It should provide something a little more practice for new remote workers. When someone says, “I’m afraid about feeling lonely, but I’m going to attend a sculpting class,” they know the issue and have a strategy to address it. This demonstrates the person’s ability to think strategically and predict and solve problems before they go out of control.
9. Describe your preferences for and objections to working in an office.
The fact that certain people require an office setting and the presence of co-workers to do their best work is a sometimes disregarded yet crucial feature of remote employment. Sadly, not everyone considers this before making the switch to remote work.
Inform the applicant that while working remotely doesn’t exclude socializing with your co-workers, it indicates that they will interact with you differently. They may enjoy a virtual lunch through video chat rather than eating lunch together. Alternatively, they can spend their time on Slack rather than loitering at the coffee maker. Please inquire about the candidate’s opinion on his or their experience with online meetings.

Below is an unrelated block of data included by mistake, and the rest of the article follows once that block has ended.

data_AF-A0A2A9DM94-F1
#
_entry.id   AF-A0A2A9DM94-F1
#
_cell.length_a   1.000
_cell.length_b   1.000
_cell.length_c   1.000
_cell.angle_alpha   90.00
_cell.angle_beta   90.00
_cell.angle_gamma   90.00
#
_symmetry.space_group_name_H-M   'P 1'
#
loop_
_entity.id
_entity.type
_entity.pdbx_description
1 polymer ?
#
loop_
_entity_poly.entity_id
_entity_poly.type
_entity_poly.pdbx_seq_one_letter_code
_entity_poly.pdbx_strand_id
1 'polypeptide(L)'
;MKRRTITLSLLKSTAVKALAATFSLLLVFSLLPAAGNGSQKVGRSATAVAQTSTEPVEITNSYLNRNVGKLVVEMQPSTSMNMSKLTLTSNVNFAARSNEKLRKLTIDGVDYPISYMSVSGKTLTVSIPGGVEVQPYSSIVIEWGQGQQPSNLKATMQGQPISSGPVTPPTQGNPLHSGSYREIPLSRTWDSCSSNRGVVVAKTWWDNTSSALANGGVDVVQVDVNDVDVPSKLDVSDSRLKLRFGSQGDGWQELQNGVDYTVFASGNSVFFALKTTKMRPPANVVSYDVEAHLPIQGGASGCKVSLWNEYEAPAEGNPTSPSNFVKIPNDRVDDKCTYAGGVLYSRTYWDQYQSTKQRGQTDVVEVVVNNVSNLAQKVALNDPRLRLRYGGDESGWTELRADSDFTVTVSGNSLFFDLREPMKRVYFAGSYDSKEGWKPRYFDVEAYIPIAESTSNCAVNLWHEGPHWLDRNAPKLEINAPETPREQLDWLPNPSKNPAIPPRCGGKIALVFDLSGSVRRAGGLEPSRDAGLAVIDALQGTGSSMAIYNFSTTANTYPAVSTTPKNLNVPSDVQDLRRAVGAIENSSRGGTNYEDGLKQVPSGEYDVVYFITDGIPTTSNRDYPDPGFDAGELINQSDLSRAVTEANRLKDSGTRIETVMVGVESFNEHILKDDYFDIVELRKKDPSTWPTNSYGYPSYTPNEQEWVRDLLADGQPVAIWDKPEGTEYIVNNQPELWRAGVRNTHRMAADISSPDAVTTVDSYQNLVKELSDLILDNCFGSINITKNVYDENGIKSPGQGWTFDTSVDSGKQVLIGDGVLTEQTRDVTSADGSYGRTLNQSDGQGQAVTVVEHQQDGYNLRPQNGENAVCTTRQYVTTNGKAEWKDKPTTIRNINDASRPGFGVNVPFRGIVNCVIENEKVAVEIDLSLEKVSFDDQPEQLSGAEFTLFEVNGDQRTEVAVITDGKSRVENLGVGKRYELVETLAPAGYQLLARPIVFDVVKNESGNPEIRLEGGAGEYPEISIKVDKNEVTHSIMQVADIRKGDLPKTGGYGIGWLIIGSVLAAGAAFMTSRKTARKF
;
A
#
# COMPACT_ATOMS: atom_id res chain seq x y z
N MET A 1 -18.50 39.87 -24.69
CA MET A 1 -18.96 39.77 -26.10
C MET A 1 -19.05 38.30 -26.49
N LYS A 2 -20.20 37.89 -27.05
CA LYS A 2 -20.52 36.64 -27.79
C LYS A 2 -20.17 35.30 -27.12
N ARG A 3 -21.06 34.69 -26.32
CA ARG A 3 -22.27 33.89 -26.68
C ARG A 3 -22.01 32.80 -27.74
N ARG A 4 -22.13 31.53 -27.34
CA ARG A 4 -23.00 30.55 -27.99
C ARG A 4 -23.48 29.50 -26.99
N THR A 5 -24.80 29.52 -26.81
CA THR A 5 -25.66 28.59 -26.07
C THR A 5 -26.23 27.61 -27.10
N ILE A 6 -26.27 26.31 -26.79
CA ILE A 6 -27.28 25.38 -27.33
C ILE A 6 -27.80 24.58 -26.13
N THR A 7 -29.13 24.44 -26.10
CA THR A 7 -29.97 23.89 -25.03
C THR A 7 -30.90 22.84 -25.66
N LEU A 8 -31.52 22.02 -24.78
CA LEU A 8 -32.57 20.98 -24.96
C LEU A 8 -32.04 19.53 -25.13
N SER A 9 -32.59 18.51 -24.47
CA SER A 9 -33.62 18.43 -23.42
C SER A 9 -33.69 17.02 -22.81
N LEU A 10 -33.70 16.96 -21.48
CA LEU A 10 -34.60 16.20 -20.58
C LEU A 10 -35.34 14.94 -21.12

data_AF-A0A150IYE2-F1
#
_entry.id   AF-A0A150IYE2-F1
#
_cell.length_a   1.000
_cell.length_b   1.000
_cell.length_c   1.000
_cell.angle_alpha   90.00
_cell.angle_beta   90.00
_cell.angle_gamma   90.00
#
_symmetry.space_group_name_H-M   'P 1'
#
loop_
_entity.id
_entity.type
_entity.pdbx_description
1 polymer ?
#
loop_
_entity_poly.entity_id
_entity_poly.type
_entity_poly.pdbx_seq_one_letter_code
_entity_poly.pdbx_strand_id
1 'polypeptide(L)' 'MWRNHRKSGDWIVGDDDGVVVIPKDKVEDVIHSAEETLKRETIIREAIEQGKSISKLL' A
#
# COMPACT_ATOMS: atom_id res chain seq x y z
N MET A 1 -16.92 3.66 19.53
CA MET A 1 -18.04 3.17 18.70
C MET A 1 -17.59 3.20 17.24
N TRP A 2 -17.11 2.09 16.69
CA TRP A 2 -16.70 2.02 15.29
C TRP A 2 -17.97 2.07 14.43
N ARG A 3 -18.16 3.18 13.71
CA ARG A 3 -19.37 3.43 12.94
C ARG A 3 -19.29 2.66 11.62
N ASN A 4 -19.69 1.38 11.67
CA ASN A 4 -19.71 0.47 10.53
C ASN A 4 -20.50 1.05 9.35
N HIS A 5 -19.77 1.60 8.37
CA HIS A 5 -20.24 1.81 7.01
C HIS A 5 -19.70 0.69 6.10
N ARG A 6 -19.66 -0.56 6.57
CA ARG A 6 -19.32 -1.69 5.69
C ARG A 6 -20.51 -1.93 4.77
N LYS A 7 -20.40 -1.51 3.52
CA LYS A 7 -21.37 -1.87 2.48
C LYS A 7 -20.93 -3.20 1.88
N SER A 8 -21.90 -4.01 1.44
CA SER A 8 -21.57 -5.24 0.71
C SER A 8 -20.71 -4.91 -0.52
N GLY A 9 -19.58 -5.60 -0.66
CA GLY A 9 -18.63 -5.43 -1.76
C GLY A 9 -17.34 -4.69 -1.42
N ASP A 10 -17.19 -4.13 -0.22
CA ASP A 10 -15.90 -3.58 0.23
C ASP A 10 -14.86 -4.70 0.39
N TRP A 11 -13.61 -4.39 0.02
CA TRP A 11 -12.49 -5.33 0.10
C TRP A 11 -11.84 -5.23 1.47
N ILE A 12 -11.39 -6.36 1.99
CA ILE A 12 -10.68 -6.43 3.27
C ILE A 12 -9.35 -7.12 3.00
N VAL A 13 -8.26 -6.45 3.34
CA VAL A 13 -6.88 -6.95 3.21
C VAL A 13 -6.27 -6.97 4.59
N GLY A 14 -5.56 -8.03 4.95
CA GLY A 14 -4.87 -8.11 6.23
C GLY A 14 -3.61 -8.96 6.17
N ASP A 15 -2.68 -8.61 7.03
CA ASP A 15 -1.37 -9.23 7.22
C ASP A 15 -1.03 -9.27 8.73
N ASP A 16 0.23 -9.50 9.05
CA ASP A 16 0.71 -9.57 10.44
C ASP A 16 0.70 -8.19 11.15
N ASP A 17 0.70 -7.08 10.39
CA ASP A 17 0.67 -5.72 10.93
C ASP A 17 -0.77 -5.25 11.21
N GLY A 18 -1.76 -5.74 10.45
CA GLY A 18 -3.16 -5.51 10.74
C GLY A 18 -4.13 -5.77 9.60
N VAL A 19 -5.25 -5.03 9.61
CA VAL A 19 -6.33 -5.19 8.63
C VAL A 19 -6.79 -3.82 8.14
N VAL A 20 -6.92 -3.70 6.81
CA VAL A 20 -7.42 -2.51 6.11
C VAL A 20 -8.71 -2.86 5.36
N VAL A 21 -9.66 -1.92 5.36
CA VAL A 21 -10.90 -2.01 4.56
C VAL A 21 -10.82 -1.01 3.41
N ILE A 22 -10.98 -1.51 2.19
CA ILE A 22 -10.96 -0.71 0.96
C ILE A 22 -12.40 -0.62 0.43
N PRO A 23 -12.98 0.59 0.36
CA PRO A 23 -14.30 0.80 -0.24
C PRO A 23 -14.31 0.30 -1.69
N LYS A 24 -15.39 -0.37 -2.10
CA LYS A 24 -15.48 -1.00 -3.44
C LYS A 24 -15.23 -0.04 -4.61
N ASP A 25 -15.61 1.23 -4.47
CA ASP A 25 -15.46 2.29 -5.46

10. Describe a risk you took that you failed at. What did you discover?
Any team form must make adjustments when a new team member is added. The new employee will, however, adjust the most. Applicants must be adaptable, receptive to recommendations, eager to experiment and try new things, and willing to learn from their errors as the latest team member.
You may learn more about the candidate’s working style by requesting an example. Do they have a single, set method for everything? Do they develop and learn from their errors? Do they have the humility to acknowledge they were wrong? You can tell from their responses whether or not they are adaptable and compatible with your current team.
You may learn a lot about a potential employee by probing the right questions throughout the interview process. No difference applies when hiring remote workers. However, you may determine if they are the ideal remote worker for your team by asking them questions relevant to working remotely.